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Infosys CEO Vishal Sikka has refuted the general impression that the Indian IT industry is overly dependent on H-1B visas
IT major Infosys today denied media reports suggesting that its co-founders, including N R Narayana Murthy, were planning
Top seven India-based outsourcing companies in the US received fewer H-1B visas in 2016 as compared to 2015, and as a grou
IT companies can protect the jobs of youngsters if senior executives take pay cuts, said Infosys co-founder NR Naray
Infosys CEO Vishal Sikka has said that the IT major will remain "differentiated and iconic" as it has always been in the p
After Chennai and Hyderabad, IT workers' union FITE has now decided to approach the labour commission in Bengaluru t
The government today said IT industry has assured it that there will be no large scale job losses in the technology sector
Soon after reports of a massive lay off by IT majors surfaced, the dynamic service sector was taken aback by the vulnerabi
The US today announced multiple measures to "deter and detect" what it described as "fraud and abuse" of H-1B work visas,
Sunayana, the widow of Srinivas Kuchibhotla killed in the US in an apparent hate crime, today urged the leaders of g
Is civil society mounting enough of a fight against the extraordinary powers Mr Raja's ministry is arming itself with? The rules being framed for the IT (Amendment Act) 2008 are ominous, says Sevanti Ninan in the Hoot:
After 26/11 when the Information and Broadcasting Ministry tried to come up with sweeping restrictions on TV channels in the interests of national security there was the predictable outcry and the government backed down very quickly.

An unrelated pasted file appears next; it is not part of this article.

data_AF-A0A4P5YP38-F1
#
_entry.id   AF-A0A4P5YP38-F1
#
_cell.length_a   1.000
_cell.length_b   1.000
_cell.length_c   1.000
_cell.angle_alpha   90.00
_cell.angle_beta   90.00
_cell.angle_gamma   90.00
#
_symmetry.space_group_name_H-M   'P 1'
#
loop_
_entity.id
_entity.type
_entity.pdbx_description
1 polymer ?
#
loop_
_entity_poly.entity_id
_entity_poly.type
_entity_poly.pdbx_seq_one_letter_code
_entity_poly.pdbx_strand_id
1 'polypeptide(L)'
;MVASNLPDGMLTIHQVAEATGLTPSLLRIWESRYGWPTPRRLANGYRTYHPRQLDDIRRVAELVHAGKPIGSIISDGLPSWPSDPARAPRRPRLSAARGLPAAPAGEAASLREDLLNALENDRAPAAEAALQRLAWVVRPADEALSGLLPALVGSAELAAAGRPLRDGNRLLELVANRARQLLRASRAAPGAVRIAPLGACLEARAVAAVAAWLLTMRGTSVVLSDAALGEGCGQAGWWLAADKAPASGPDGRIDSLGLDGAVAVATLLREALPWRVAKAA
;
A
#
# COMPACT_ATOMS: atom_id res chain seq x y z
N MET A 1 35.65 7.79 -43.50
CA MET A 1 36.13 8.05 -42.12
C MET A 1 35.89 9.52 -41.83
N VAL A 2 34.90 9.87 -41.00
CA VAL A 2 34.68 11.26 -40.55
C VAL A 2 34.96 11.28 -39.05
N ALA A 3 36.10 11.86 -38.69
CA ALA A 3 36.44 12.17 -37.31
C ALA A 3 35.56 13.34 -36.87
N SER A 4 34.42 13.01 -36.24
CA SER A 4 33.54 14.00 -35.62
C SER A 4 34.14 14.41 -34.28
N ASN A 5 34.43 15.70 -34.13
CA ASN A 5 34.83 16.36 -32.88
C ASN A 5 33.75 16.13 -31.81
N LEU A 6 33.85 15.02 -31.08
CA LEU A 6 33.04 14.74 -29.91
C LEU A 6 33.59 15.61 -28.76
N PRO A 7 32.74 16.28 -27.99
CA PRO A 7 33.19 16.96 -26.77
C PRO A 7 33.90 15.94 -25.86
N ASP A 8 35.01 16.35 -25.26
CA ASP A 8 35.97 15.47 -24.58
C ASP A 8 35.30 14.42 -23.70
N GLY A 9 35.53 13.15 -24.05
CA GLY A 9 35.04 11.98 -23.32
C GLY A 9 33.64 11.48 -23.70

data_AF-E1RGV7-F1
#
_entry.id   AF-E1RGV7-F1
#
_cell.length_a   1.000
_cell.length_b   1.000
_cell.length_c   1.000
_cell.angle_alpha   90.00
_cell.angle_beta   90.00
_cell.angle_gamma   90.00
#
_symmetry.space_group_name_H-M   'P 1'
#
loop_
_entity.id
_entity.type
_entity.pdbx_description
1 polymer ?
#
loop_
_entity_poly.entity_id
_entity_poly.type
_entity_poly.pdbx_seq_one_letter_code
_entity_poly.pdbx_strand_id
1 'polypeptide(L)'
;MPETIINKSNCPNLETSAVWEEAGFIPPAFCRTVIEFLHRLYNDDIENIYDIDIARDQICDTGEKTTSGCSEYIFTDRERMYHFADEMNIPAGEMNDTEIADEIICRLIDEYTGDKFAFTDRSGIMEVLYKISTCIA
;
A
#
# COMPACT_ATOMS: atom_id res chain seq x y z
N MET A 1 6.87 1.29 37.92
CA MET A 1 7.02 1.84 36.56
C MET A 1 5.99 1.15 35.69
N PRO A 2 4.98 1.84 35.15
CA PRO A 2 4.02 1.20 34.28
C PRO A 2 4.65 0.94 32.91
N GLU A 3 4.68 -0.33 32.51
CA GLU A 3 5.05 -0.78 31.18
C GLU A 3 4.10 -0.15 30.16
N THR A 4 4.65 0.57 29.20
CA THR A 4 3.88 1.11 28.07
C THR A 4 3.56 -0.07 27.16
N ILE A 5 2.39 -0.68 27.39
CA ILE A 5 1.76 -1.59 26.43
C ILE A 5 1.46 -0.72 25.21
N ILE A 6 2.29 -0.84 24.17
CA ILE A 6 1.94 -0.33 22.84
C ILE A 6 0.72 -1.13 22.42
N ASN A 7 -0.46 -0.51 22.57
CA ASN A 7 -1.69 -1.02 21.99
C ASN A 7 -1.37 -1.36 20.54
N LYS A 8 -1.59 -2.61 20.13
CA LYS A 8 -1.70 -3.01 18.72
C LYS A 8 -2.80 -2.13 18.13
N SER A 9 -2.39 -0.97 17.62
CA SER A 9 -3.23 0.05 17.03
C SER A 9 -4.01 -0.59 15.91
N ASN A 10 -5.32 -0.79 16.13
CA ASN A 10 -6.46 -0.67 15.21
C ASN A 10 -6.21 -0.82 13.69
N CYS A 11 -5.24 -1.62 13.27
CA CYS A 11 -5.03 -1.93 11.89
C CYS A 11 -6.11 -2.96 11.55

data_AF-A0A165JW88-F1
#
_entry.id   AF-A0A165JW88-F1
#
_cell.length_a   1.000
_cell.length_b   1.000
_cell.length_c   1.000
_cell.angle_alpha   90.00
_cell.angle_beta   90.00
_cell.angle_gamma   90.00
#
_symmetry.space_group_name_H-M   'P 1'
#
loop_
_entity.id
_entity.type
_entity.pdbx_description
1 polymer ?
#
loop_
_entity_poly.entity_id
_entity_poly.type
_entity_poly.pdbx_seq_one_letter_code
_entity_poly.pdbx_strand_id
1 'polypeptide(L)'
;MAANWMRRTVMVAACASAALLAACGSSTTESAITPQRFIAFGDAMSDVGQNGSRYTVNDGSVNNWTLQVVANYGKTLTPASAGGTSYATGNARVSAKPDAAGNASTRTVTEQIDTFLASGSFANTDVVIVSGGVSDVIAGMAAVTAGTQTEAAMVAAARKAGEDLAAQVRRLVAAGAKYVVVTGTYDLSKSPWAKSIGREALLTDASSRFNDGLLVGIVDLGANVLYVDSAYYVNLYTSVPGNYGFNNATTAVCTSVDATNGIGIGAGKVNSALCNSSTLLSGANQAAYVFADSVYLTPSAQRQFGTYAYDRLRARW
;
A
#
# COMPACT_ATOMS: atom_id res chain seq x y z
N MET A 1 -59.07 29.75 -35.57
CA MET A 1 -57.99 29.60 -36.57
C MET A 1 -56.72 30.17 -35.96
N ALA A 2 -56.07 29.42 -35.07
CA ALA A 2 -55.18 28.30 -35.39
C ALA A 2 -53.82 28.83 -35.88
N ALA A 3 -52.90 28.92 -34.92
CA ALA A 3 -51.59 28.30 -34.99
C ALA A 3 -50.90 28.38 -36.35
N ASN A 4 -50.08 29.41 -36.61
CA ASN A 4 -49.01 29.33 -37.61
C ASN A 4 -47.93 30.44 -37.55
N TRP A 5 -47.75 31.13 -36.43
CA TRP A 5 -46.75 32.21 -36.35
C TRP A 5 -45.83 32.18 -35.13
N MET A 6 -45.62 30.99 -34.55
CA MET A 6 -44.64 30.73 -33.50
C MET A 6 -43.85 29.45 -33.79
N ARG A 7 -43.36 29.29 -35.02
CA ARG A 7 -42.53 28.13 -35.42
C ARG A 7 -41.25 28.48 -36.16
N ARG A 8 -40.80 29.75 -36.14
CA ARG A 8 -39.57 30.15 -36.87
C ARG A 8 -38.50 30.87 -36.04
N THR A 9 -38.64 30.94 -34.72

Why then is there not enough of an outcry when websites are affected, for the same reason? Particularly over the way rules are being framed for the IT (Amendment) Act of 2008? The powers they give the Government to block websites amount to prior restraint, permitting blocking without informing the affected party, or giving him/her a chance to be heard. Obviously it has been done to deal with terrorism, and it could be argued that you will not be seeking permission from a non-state actor when you are seeking to track him by intercepting his email or blocking the websites he uses to spread his message. But civil liberties can end up being curtailed in the name of combating terror, and individual privacy can be violated the same way. Both are endangered as the new government goes about putting teeth into the amended IT act.
Read on here
"'SixthSense' is a wearable gestural interface that augments the physical world around us with digital information and lets us use natural hand gestures to interact with that information."
Translation: You can turn any surface into a touch-screen by simple hand gestures. MIT researcher Patty Maes simplifies it even more: "You can use any surface, including your hand if nothing else is available, and interact with the data...Other than letting some of you live out your fantasy of looking as cool as Tom Cruise in 'Minority Report' it can really let you connect as a sixth sense device with whatever is in front of you".
Pranav Mistry of the Fluid Interfaces Group at MIT Media Lab who is the brain behind this project which combines the power of a web camera, a battery-powered projector and a mobile telephone into a miniature gizmo that can be worn like jewellery, has more details on his website